Sleepless Game Designer Comes up With Multiple Chess Variants 

Many Twitter users loved the variants suggested by Elizabeth Sampat.

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Sleepless game designer comes up with many chess variants
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Probably drawing inspiration from the hugely popular Netflix series Queen’s Gambit, a game designer, Elizabeth Sampat, came up with a number of variations of chess JUST because she couldn’t sleep.

This seems like an addition to the many historic stories about variations of chess. Termed as ‘Infinity Chess,’ Jianying Ji was one of the first who came up with different ways of playing chess on an ‘unbounded chess board’.

Sampat also ended up listing absolutely chaotic, sometimes unplayable and extremely fun variants of the game.

Check out some of the versions here:

Sleepless Game Designer Comes up With Multiple Chess Variants 
Sleepless Game Designer Comes up With Multiple Chess Variants 
Sleepless Game Designer Comes up With Multiple Chess Variants 
Sleepless Game Designer Comes up With Multiple Chess Variants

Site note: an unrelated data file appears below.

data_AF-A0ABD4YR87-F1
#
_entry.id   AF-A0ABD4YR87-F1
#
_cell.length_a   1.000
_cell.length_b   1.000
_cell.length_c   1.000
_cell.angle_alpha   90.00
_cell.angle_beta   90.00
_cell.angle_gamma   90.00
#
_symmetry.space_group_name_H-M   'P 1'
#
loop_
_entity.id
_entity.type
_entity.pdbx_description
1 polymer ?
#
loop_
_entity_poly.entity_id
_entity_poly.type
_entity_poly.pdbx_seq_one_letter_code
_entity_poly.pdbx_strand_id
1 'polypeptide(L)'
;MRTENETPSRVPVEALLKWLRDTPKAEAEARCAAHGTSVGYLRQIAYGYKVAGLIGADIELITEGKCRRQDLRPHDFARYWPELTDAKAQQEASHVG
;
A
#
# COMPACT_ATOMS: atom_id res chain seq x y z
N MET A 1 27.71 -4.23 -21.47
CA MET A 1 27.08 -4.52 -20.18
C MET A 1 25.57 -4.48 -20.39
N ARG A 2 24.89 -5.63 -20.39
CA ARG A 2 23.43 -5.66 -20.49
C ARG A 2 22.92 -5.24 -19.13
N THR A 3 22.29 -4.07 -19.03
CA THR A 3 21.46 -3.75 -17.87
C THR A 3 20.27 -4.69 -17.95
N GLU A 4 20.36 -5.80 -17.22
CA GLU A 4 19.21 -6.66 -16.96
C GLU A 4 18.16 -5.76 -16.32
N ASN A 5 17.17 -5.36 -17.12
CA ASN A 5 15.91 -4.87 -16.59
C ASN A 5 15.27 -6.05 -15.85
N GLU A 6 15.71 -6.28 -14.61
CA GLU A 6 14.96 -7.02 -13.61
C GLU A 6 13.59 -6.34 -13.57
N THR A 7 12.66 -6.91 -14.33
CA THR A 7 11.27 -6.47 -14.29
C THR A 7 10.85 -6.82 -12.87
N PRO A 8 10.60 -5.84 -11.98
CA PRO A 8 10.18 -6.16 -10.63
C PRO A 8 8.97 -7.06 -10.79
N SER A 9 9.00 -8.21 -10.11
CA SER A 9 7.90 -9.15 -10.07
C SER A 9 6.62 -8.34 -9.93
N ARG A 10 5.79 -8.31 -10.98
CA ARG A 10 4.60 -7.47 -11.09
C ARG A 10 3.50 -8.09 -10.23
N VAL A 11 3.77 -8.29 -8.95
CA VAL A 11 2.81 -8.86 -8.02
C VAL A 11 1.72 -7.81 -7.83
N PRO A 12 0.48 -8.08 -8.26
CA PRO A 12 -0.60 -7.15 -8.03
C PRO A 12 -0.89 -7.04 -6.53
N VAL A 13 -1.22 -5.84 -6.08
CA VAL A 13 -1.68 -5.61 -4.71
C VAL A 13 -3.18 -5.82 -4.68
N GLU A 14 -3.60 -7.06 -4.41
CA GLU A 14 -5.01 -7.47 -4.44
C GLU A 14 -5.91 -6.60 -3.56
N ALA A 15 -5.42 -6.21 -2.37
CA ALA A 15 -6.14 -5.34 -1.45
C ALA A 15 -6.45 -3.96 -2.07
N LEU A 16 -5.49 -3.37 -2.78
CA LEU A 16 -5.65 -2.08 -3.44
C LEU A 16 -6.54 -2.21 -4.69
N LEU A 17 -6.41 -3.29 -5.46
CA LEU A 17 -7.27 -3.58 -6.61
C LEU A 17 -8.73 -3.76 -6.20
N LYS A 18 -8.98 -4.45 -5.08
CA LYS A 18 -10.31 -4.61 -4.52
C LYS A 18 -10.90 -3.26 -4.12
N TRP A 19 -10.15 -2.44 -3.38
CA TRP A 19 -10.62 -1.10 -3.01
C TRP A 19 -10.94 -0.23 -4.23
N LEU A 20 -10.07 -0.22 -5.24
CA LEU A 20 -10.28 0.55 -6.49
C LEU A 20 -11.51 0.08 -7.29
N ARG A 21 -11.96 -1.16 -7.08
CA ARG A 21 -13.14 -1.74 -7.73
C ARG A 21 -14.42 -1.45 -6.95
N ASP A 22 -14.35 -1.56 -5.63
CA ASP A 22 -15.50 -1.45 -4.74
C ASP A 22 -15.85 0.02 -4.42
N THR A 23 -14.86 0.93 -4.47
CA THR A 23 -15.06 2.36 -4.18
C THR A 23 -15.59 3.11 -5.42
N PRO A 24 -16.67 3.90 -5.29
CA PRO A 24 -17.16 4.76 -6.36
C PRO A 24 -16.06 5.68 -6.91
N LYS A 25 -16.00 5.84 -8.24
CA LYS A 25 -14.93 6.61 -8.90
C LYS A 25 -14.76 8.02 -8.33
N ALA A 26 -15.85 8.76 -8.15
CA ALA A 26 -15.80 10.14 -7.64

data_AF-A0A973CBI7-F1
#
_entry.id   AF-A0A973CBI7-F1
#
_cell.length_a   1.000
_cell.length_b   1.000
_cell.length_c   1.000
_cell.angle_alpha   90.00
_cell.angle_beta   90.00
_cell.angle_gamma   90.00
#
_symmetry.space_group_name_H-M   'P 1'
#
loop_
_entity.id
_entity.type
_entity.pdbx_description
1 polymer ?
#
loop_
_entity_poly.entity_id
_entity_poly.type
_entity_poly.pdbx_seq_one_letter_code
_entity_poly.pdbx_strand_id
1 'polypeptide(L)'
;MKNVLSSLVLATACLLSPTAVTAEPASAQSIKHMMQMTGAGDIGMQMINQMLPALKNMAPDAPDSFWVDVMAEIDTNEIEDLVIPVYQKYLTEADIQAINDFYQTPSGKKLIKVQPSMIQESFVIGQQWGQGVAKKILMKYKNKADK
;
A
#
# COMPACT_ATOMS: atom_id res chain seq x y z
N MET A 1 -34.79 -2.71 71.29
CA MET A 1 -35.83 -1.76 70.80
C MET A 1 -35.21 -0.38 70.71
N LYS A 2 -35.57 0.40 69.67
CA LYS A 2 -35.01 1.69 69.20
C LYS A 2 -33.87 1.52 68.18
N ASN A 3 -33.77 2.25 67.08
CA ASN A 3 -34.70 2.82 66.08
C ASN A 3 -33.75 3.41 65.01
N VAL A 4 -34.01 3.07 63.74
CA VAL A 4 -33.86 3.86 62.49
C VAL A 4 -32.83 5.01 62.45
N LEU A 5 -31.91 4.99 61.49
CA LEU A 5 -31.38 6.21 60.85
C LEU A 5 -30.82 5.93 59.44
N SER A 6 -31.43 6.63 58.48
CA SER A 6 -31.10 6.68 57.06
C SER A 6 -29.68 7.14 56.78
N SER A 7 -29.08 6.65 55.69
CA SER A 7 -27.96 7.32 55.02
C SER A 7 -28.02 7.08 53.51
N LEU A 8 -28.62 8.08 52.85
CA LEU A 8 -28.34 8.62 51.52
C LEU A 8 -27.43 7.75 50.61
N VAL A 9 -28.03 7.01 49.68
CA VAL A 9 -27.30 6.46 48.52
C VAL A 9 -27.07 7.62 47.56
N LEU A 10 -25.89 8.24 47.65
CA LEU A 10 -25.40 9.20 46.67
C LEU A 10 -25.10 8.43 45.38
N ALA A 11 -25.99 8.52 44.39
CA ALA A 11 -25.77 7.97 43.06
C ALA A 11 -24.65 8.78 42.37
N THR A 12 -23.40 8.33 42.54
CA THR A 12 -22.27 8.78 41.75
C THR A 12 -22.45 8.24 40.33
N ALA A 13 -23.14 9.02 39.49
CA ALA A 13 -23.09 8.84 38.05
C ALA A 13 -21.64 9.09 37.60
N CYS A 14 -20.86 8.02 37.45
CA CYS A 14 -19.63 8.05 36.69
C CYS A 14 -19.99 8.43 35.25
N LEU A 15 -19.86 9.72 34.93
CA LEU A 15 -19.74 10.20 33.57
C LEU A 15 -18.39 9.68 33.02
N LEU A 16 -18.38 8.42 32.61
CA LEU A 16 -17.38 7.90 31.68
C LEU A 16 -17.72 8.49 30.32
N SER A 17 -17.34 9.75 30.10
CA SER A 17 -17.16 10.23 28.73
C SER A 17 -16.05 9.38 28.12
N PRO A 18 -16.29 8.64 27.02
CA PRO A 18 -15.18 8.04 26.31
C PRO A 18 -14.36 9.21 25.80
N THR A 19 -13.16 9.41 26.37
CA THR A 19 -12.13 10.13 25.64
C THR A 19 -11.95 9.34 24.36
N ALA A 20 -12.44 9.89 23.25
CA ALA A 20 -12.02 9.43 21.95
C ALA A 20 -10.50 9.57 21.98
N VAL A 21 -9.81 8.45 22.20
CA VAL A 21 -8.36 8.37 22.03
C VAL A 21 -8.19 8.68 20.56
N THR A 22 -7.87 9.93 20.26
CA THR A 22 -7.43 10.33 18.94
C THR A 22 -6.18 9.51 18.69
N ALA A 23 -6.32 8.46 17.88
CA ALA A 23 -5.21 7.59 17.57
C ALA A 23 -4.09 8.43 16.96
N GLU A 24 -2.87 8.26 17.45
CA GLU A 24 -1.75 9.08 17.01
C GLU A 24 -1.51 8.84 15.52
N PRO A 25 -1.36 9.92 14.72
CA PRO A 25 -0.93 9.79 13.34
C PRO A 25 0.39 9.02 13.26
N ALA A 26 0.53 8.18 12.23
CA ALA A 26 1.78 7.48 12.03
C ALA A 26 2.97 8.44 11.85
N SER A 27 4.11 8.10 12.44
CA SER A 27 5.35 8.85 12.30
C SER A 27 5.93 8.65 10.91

Sleepless Game Designer Comes up With Multiple Chess Variants 
Sleepless Game Designer Comes up With Multiple Chess Variants 
Sleepless Game Designer Comes up With Multiple Chess Variants 

These aren’t even all the variants she came up with! The list goes on and on.

Twitter users are in love with the innovation. Many started talking about the variations they would want to play, making chess probably the most fun game ever!

Some even made societal commentaries about it:

Sleepless Game Designer Comes up With Multiple Chess Variants 
Sleepless Game Designer Comes up With Multiple Chess Variants 

Others shared their ideas or requested chess.com to add these variants to the game.

Sleepless Game Designer Comes up With Multiple Chess Variants 
Sleepless Game Designer Comes up With Multiple Chess Variants 
Sleepless Game Designer Comes up With Multiple Chess Variants 

Turns out chess is a game which has been evolving for a long time, with the first variant being played on a 36 x 36 inch board with 402 pieces in mid-sixteenth century Japan. Carrying on the tradition, Sampat also started a brainstorming session with netizens, to come up with their own rules.

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